Catharine Montour

Who was Catharine Montour? No one really knows. We know that she was an Iroquois woman with a white great-grandfather. We know that she lived in what is now Upstate New York sometime between 1710 and 1804. After that, the stories get confusing, but her legacy lives on.

Her grandmother was also named Catharine Montour, and history often conflates the two. Not to mention all the Noble Savage, or just plain savage, tales that grew up around the younger Catharine.She married a Seneca, Telemut, who also went by the name Thomas Hudson. He died in 1760; one source says that he was killed in a raid on a Catawba tribe. Catharine may have become the leader of Telemut’s village, which was located at the south end of Seneca Lake.

In any case, English and American explorers called her Queen Catharine. She may have known English, because her grandmother was a noted interpreter.

Some background. The Iroquois Confederacy, or Haudenosaunee, consisted of six tribes: Seneca, Mohawk, Oneida, Onondaga, Cayuga, and, in 1722, the Tuscarora (displaced by white settlers in North Carolina.) The Iroquois lived in Upstate New York and northwestern Pennsylvania. They are credited with being the first democracy. Some historians say that the new United States democracy learned from the Iroquois.

Iroquois tribes are matrilineal, which is why Catharine had a French/English name. However, while Iroquois women’s councils chose the male leaders, only men could make war, declare peace, and conclude treaties. So, the notion of a Queen Catharine governing a Seneca village may come from the white people who chronicled her life.

As the French, English, and then Americans fought over territory, the Iroquois tribes became involved. During the American Revolution, the Seneca, under Red Jacket and Joseph Brandt, allied themselves with the British. Catharine’s village, which is now the town of Montour Falls, New York, was rich in orchards, gardens, cattle and pigs. The Seneca leaders may have seen as a way to feed their armies.

General George Washington decided that these pesky savages, who had aligned themselves with the British, should be exterminated. That’s what he said, exterminated. Washington continued: “The immediate objects of your expedition are the total destruction and devastation of their settlements, and the capture of as many prisoners of every age and sex as possible. It will be essential to ruin their crops now in the ground and prevent their planting more.”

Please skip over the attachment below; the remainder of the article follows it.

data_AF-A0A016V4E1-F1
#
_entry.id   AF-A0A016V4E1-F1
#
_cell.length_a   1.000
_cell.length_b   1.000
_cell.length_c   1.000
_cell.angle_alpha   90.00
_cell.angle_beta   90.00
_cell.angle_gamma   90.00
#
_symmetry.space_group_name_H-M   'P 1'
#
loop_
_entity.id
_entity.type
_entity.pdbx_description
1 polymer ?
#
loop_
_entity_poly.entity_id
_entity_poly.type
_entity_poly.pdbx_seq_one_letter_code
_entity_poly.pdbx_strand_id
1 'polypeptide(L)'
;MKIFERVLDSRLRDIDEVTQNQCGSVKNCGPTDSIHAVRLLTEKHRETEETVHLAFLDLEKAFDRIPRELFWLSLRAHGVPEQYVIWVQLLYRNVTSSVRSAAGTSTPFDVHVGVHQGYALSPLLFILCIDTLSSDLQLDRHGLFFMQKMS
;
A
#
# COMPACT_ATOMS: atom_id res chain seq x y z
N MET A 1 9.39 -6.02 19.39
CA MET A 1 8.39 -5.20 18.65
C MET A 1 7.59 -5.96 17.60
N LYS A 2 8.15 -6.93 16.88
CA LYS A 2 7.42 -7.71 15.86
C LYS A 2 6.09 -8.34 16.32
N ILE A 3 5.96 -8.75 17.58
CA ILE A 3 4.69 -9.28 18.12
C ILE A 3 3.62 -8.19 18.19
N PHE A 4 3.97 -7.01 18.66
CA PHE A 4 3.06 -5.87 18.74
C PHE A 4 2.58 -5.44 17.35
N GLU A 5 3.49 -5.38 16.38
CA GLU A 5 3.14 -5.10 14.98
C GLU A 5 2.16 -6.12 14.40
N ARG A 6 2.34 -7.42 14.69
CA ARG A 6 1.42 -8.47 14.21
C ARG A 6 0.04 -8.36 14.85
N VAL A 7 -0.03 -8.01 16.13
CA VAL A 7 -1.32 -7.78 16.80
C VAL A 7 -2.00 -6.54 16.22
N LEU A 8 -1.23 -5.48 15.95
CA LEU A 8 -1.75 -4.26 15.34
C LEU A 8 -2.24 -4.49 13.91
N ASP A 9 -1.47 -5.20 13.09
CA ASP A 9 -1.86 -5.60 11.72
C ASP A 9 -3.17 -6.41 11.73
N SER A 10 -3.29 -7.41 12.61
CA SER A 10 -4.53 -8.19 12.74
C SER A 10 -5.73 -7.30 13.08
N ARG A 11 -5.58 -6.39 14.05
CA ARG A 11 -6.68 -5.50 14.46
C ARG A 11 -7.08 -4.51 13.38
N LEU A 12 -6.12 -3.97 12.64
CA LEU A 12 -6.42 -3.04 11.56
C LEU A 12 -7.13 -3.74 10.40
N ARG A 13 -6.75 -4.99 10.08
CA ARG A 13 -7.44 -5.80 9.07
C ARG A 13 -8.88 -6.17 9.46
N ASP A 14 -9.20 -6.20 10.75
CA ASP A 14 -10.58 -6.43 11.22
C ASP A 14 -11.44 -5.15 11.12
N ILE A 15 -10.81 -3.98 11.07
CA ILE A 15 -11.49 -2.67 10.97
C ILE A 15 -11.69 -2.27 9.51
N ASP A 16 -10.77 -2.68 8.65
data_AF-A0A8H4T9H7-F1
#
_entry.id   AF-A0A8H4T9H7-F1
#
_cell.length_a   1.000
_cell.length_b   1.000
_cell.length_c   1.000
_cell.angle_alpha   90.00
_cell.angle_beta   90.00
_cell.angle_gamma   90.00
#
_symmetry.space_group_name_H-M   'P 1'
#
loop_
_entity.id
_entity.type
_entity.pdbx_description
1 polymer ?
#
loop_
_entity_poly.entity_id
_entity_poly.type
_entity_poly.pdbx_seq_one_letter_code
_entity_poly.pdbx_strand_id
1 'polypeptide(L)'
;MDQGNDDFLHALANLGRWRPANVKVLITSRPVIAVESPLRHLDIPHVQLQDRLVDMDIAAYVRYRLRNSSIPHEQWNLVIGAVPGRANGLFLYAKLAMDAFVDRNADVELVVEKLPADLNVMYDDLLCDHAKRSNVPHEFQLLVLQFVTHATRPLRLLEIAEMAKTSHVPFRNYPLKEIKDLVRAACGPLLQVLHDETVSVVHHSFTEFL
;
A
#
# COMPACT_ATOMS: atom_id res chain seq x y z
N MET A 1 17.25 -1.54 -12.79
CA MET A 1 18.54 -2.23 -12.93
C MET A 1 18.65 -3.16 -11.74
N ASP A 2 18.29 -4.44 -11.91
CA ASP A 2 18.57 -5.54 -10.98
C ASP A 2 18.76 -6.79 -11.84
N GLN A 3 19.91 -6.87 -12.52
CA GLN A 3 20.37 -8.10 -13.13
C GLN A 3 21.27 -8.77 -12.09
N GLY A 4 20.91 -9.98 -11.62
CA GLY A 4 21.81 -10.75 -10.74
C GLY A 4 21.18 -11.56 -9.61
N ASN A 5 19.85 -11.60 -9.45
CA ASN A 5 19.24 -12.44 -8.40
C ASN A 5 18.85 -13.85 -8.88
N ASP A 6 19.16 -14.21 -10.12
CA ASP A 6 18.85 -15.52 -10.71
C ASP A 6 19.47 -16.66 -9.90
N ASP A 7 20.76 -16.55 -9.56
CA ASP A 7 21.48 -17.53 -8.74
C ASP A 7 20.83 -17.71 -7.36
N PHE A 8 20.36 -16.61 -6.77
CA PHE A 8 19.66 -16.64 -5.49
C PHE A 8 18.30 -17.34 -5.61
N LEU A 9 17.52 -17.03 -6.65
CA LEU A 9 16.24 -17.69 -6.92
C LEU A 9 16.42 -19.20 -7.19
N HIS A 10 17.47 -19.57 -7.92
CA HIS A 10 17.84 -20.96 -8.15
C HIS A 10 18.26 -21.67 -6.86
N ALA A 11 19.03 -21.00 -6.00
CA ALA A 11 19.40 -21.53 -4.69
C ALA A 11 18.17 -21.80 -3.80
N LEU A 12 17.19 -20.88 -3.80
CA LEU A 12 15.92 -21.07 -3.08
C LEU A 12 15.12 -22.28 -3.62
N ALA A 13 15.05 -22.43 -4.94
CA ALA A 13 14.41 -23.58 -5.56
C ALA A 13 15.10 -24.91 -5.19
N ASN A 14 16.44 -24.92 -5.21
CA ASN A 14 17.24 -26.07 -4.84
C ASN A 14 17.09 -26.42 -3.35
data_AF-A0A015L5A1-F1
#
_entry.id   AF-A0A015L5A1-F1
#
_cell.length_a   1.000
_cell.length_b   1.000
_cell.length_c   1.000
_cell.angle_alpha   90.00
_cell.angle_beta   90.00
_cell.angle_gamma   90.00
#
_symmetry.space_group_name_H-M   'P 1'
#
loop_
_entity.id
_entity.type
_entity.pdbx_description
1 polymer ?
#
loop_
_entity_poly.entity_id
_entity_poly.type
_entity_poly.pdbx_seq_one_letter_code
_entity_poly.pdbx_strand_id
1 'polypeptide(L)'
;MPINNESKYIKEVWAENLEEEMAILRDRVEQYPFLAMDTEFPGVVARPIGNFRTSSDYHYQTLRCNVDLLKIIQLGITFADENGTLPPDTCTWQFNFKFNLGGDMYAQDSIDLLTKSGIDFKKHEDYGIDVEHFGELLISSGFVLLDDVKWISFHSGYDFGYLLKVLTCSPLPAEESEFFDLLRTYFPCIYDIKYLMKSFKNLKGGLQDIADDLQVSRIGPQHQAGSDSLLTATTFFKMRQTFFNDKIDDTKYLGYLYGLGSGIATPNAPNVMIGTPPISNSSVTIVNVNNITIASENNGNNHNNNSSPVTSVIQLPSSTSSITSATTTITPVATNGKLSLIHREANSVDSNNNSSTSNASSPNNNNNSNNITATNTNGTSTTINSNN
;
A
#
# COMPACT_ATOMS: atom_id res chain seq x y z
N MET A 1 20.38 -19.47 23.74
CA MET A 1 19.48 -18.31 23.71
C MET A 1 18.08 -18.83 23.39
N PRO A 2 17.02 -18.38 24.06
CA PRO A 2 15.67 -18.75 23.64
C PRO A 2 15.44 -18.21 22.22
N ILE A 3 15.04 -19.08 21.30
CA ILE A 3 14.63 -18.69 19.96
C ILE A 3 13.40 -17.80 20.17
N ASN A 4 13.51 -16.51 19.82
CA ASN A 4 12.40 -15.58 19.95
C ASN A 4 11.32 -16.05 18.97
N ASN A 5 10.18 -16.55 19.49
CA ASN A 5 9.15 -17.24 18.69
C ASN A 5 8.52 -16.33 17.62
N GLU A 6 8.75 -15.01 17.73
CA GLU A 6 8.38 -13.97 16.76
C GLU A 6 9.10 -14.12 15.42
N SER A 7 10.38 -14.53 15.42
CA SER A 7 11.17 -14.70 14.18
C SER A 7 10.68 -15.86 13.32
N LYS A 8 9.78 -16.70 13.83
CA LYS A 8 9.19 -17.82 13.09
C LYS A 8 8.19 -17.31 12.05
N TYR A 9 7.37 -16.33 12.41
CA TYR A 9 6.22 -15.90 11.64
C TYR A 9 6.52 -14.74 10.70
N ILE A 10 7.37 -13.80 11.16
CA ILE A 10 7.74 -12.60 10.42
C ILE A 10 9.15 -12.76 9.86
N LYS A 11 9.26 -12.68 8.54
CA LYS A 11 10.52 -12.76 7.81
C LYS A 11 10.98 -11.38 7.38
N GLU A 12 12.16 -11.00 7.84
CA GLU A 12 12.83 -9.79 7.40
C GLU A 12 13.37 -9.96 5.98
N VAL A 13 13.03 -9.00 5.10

That’s what General Sullivan did. On June 18, 1779, his army marched from Easton Pennsylvania, up through New York’s Finger Lakes region, burning villages and crops. He returned to Washington’s base in New Jersey on October 3. Many villages, including Catharine’s, fled before Sullivan arrived, taking refuge with the British at Fort Niagara in Canada. But the winter was harsh, and the British were less than hospitable. Many Iroquois died, and the Iroquois Confederacy was broken.

Some say that Catharine returned to the site of her village, where settlers knew her as an old wise Indian woman. Eventually, a new town, Havana grew up at the end of Seneca Lake.

For almost a hundred years, people around Havana heard tales about Catharine. During the Spanish-American War of 1898, the village decided that the name of Havana should be changed to Montour.

Today there is a memorial, honoring the Seneca tribe and Queen Catharine, in Cook Cemetery Memorial Park in Montour. There’s a Catharine Creek, and a Catharine Trail. It’s a beautiful place.


This beautiful image of Queen Catherine was created by Alice Gant who makes ‘Hero Banners’. You can see more of her work on her website here. Thank you to Alice for giving us permission to use this image on the Sheroes of History blog.


Written for Sheroes of History by Judith Pratt.

Find out more…

Learn more about the Montour family here.


3 thoughts on “Catharine Montour”

  1. I grew up in Montour Falls, NY and we knew little of Queen Catharine, but there were plenty of namesakes in her honor. Later, returning home, I had a few powerful experiences and thus decided to write a novel about her. I resisted, dug in my heels, and said no, as I was working on my third novel in a series and was too busy. However, “she” persisted and fourteen years later after much research and letting it lie fallow, I have 200 pages written thus far. I’ve found some hidden gems in my research, especially after all the conjectures and inconsistent material out there. And it IS historical fiction I’m writing! Thanks for caring about Queen Catharine!

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